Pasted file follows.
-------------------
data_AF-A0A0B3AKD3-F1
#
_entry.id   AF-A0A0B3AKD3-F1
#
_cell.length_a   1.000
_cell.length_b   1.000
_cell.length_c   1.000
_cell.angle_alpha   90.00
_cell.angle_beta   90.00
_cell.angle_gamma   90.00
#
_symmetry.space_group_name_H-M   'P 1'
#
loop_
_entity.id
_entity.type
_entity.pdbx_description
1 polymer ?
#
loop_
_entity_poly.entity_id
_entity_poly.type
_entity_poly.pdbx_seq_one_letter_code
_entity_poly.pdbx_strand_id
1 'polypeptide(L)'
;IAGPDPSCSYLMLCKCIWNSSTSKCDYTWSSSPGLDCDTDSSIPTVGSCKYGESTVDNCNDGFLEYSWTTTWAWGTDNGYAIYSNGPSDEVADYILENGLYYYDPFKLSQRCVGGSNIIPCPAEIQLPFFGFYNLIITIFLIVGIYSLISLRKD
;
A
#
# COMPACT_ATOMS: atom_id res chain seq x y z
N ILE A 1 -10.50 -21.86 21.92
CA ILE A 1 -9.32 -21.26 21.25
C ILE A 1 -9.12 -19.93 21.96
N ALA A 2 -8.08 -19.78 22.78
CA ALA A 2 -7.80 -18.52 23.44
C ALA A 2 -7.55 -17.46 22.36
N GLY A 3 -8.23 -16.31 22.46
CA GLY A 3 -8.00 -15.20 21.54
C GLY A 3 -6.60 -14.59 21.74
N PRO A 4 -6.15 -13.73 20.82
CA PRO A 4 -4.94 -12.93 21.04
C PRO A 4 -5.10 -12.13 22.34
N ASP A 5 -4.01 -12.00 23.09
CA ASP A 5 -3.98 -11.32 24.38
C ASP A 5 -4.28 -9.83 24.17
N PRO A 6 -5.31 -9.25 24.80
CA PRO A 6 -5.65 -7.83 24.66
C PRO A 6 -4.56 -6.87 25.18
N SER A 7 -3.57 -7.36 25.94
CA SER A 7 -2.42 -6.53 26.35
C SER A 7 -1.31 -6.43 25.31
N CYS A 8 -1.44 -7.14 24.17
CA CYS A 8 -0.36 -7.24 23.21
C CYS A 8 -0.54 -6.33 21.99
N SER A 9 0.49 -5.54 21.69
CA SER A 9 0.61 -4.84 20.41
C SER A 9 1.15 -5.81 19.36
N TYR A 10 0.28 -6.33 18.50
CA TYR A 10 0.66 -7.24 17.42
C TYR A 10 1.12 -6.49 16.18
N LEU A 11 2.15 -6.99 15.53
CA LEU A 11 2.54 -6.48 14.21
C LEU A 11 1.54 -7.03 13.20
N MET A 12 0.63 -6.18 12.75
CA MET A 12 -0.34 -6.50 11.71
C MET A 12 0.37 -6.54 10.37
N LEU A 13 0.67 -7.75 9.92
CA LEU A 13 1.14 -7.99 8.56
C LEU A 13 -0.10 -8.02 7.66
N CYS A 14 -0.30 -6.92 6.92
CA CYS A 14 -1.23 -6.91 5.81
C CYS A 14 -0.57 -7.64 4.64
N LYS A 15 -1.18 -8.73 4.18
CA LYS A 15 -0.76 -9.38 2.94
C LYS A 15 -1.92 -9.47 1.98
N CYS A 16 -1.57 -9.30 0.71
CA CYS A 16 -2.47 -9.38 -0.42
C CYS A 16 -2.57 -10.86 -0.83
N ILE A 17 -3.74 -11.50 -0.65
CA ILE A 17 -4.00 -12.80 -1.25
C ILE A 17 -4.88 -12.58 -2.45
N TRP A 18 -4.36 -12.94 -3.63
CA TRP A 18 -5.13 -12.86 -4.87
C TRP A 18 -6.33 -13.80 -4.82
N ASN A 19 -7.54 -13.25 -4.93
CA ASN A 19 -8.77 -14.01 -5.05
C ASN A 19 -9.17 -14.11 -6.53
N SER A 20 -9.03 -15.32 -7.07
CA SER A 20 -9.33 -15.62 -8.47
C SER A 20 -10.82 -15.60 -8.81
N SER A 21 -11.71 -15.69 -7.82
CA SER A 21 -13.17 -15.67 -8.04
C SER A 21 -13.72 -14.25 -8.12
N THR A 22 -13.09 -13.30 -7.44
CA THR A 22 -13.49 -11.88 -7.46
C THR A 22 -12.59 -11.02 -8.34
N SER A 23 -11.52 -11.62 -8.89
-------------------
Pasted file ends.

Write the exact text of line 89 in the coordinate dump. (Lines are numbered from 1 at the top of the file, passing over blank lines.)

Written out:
CA SER A 20 -9.33 -15.62 -8.47